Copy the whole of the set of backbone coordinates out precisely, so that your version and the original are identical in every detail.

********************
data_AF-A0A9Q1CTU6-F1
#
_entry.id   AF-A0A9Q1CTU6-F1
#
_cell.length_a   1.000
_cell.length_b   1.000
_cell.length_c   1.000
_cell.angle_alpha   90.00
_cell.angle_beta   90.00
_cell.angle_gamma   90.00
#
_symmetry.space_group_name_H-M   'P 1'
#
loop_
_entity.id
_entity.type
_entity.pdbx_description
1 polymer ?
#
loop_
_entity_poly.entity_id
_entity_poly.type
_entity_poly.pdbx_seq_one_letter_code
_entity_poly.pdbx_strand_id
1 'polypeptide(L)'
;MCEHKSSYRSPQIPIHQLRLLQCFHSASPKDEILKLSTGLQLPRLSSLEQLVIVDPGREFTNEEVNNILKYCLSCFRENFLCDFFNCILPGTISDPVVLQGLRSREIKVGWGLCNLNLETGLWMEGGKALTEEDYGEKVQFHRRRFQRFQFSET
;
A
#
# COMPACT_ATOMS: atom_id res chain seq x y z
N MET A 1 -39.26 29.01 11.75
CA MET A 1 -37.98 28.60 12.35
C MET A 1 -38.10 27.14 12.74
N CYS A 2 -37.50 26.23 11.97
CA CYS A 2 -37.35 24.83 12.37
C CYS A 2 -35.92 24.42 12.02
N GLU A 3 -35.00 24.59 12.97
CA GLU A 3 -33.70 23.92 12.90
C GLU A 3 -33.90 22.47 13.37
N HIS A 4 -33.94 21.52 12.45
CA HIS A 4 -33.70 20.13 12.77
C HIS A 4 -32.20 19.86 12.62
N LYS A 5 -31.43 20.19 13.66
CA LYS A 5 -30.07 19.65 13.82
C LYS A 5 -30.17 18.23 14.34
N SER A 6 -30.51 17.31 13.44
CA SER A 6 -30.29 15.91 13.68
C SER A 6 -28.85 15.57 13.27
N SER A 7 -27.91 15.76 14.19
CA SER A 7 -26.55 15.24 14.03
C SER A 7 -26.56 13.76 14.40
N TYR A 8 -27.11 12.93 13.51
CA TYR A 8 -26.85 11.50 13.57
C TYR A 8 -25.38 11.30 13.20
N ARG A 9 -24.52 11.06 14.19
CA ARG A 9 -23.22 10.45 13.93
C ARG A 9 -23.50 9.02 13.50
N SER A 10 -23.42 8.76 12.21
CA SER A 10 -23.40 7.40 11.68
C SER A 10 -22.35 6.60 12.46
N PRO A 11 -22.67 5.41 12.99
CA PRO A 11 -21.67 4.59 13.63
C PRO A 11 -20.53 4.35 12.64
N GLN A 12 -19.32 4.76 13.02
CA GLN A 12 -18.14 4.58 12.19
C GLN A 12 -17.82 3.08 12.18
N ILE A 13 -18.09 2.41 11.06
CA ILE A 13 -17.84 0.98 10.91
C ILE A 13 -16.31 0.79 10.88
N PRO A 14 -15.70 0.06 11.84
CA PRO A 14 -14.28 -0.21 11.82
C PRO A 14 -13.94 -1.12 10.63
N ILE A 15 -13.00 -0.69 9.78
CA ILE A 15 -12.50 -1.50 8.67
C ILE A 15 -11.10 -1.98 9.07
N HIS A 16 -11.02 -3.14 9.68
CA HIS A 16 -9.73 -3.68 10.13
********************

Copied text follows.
data_AF-A0A9Q1CTU6-F1
#
_entry.id   AF-A0A9Q1CTU6-F1
#
_cell.length_a   1.000
_cell.length_b   1.000
_cell.length_c   1.000
_cell.angle_alpha   90.00
_cell.angle_beta   90.00
_cell.angle_gamma   90.00
#
_symmetry.space_group_name_H-M   'P 1'
#
loop_
_entity.id
_entity.type
_entity.pdbx_description
1 polymer ?
#
loop_
_entity_poly.entity_id
_entity_poly.type
_entity_poly.pdbx_seq_one_letter_code
_entity_poly.pdbx_strand_id
1 'polypeptide(L)'
;MCEHKSSYRSPQIPIHQLRLLQCFHSASPKDEILKLSTGLQLPRLSSLEQLVIVDPGREFTNEEVNNILKYCLSCFRENFLCDFFNCILPGTISDPVVLQGLRSREIKVGWGLCNLNLETGLWMEGGKALTEEDYGEKVQFHRRRFQRFQFSET
;
A
#
# COMPACT_ATOMS: atom_id res chain seq x y z
N MET A 1 -39.26 29.01 11.75
CA MET A 1 -37.98 28.60 12.35
C MET A 1 -38.10 27.14 12.74
N CYS A 2 -37.50 26.23 11.97
CA CYS A 2 -37.35 24.83 12.37
C CYS A 2 -35.92 24.42 12.02
N GLU A 3 -35.00 24.59 12.97
CA GLU A 3 -33.70 23.92 12.90
C GLU A 3 -33.90 22.47 13.37
N HIS A 4 -33.94 21.52 12.45
CA HIS A 4 -33.70 20.13 12.77
C HIS A 4 -32.20 19.86 12.62
N LYS A 5 -31.43 20.19 13.66
CA LYS A 5 -30.07 19.65 13.82
C LYS A 5 -30.17 18.23 14.34
N SER A 6 -30.51 17.31 13.44
CA SER A 6 -30.29 15.91 13.68
C SER A 6 -28.85 15.57 13.27
N SER A 7 -27.91 15.76 14.19
CA SER A 7 -26.55 15.24 14.03
C SER A 7 -26.56 13.76 14.40
N TYR A 8 -27.11 12.93 13.51
CA TYR A 8 -26.85 11.50 13.57
C TYR A 8 -25.38 11.30 13.20
N ARG A 9 -24.52 11.06 14.19
CA ARG A 9 -23.22 10.45 13.93
C ARG A 9 -23.50 9.02 13.50
N SER A 10 -23.42 8.76 12.21
CA SER A 10 -23.40 7.40 11.68
C SER A 10 -22.35 6.60 12.46
N PRO A 11 -22.67 5.41 12.99
CA PRO A 11 -21.67 4.59 13.63
C PRO A 11 -20.53 4.35 12.64
N GLN A 12 -19.32 4.76 13.02
CA GLN A 12 -18.14 4.58 12.19
C GLN A 12 -17.82 3.08 12.18
N ILE A 13 -18.09 2.41 11.06
CA ILE A 13 -17.84 0.98 10.91
C ILE A 13 -16.31 0.79 10.88
N PRO A 14 -15.70 0.06 11.84
CA PRO A 14 -14.28 -0.21 11.82
C PRO A 14 -13.94 -1.12 10.63
N ILE A 15 -13.00 -0.69 9.78
CA ILE A 15 -12.50 -1.50 8.67
C ILE A 15 -11.10 -1.98 9.07
N HIS A 16 -11.02 -3.14 9.68
CA HIS A 16 -9.73 -3.68 10.13